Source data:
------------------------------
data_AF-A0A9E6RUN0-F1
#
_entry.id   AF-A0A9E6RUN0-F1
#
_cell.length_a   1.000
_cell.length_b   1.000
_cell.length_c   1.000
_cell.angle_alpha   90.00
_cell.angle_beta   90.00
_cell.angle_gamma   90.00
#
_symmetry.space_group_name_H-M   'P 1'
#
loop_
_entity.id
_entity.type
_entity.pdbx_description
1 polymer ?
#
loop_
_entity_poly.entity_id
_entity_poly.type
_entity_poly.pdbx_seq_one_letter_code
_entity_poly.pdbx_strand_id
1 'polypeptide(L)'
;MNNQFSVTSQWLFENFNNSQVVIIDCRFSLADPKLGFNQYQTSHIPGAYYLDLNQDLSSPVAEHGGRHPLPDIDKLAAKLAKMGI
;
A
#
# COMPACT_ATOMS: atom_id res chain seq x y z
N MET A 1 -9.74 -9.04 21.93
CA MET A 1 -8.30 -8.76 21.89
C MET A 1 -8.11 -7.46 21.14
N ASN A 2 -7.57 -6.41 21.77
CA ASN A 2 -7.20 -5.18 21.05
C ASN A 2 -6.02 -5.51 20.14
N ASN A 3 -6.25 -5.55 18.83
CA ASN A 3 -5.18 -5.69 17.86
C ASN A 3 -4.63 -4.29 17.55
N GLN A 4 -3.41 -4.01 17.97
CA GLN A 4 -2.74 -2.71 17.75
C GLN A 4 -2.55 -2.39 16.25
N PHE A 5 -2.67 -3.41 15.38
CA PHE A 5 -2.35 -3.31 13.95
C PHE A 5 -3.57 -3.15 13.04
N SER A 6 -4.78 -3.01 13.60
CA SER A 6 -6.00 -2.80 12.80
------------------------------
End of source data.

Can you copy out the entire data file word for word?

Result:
data_AF-A0A9E6RUN0-F1
#
_entry.id   AF-A0A9E6RUN0-F1
#
_cell.length_a   1.000
_cell.length_b   1.000
_cell.length_c   1.000
_cell.angle_alpha   90.00
_cell.angle_beta   90.00
_cell.angle_gamma   90.00
#
_symmetry.space_group_name_H-M   'P 1'
#
loop_
_entity.id
_entity.type
_entity.pdbx_description
1 polymer ?
#
loop_
_entity_poly.entity_id
_entity_poly.type
_entity_poly.pdbx_seq_one_letter_code
_entity_poly.pdbx_strand_id
1 'polypeptide(L)'
;MNNQFSVTSQWLFENFNNSQVVIIDCRFSLADPKLGFNQYQTSHIPGAYYLDLNQDLSSPVAEHGGRHPLPDIDKLAAKLAKMGI
;
A
#
# COMPACT_ATOMS: atom_id res chain seq x y z
N MET A 1 -9.74 -9.04 21.93
CA MET A 1 -8.30 -8.76 21.89
C MET A 1 -8.11 -7.46 21.14
N ASN A 2 -7.57 -6.41 21.77
CA ASN A 2 -7.20 -5.18 21.05
C ASN A 2 -6.02 -5.51 20.14
N ASN A 3 -6.25 -5.55 18.83
CA ASN A 3 -5.18 -5.69 17.86
C ASN A 3 -4.63 -4.29 17.55
N GLN A 4 -3.41 -4.01 17.97
CA GLN A 4 -2.74 -2.71 17.75
C GLN A 4 -2.55 -2.39 16.25
N PHE A 5 -2.67 -3.41 15.38
CA PHE A 5 -2.35 -3.31 13.95
C PHE A 5 -3.57 -3.15 13.04
N SER A 6 -4.78 -3.01 13.60
CA SER A 6 -6.00 -2.80 12.80